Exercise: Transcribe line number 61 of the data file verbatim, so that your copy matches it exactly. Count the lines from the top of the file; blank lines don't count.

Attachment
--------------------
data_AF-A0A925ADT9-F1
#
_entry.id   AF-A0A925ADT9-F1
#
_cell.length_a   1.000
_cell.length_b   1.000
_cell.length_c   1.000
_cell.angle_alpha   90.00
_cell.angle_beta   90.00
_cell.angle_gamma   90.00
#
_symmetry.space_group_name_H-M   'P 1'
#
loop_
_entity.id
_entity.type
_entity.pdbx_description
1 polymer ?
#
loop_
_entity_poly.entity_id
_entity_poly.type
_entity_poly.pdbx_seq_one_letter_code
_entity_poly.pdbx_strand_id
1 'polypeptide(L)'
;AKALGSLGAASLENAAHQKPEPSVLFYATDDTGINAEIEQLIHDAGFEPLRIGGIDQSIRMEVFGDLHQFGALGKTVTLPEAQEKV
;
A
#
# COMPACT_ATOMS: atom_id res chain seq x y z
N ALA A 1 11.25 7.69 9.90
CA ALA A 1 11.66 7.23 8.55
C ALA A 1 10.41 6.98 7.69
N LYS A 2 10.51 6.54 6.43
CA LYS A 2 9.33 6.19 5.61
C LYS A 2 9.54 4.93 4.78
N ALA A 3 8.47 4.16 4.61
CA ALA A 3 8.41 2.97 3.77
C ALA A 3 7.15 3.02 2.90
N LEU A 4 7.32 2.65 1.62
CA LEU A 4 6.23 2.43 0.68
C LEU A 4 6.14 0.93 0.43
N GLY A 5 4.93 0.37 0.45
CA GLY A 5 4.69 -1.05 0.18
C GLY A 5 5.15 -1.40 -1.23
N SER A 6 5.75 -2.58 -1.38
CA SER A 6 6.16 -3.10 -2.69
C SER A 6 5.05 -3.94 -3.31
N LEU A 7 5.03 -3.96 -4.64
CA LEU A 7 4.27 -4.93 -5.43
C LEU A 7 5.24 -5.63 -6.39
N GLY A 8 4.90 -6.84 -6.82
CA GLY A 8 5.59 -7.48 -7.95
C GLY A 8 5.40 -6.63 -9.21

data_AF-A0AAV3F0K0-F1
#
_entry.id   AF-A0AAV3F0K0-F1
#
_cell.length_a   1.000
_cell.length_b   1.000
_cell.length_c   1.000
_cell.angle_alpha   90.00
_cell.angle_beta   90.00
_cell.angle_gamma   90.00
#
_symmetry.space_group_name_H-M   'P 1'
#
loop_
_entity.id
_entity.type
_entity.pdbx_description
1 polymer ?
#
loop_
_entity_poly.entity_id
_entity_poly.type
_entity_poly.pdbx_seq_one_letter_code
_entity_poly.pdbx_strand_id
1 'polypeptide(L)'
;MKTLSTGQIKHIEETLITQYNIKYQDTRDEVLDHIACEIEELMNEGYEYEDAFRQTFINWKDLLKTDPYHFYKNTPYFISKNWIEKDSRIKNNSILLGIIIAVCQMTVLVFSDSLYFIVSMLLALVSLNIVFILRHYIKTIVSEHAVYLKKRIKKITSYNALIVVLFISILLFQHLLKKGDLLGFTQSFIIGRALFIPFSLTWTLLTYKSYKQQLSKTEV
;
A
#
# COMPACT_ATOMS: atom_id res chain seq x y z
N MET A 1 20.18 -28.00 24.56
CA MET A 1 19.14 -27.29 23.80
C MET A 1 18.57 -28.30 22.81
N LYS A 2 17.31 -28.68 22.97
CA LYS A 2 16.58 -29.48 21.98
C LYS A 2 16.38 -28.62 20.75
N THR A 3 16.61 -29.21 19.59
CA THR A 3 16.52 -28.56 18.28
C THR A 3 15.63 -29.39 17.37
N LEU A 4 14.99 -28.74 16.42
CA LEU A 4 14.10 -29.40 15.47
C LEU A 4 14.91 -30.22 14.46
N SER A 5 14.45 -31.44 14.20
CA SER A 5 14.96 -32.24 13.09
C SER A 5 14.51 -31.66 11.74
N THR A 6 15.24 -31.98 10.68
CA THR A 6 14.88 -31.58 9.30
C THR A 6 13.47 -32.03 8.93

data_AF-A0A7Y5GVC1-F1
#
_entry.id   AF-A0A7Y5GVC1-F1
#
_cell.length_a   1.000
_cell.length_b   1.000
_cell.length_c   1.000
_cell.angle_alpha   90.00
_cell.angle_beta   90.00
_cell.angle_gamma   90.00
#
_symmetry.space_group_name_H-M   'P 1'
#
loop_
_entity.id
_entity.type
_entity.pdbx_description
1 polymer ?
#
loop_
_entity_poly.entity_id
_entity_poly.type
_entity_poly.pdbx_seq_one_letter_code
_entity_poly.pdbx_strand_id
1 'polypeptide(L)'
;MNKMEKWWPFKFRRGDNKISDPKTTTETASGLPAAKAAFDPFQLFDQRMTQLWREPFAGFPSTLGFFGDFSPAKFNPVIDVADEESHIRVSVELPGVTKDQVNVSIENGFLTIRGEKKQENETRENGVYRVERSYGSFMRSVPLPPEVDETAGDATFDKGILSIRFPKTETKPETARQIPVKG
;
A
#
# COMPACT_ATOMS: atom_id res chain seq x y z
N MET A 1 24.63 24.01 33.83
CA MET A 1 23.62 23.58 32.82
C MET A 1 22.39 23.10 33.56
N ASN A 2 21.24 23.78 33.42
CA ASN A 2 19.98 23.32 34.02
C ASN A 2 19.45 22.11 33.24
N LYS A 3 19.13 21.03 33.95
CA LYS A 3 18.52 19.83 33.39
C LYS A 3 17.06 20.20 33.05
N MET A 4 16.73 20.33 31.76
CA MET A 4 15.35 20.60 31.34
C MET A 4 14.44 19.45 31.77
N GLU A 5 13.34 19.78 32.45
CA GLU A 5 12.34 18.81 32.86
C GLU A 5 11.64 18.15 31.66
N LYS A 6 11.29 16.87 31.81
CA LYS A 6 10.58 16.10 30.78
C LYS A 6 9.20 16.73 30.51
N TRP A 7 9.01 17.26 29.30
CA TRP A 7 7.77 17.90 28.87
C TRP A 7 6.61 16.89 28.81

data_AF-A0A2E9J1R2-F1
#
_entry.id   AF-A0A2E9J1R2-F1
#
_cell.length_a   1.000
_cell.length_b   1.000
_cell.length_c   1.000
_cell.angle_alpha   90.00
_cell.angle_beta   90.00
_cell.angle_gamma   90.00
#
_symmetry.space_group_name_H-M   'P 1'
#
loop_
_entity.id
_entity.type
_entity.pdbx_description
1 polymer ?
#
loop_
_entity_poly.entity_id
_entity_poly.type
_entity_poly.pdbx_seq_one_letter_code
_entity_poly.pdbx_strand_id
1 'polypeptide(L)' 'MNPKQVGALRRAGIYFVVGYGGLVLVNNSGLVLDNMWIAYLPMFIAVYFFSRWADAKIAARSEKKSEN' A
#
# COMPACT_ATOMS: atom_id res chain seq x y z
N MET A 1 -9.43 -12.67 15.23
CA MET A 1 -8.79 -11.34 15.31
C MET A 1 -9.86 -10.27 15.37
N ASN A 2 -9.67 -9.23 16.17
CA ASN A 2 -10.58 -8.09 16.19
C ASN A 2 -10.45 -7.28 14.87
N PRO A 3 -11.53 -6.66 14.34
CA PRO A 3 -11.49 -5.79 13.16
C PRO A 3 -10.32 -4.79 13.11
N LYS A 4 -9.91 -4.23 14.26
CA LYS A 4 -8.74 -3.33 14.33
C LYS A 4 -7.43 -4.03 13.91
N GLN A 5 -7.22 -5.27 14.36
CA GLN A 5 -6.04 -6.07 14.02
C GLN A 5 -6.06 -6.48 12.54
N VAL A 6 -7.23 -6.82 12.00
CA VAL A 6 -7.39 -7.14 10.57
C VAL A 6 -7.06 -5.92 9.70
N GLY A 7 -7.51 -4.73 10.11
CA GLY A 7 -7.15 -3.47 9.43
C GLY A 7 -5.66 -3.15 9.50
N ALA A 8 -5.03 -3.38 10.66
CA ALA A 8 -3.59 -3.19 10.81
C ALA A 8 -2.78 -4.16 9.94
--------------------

_cell.length_c   1.000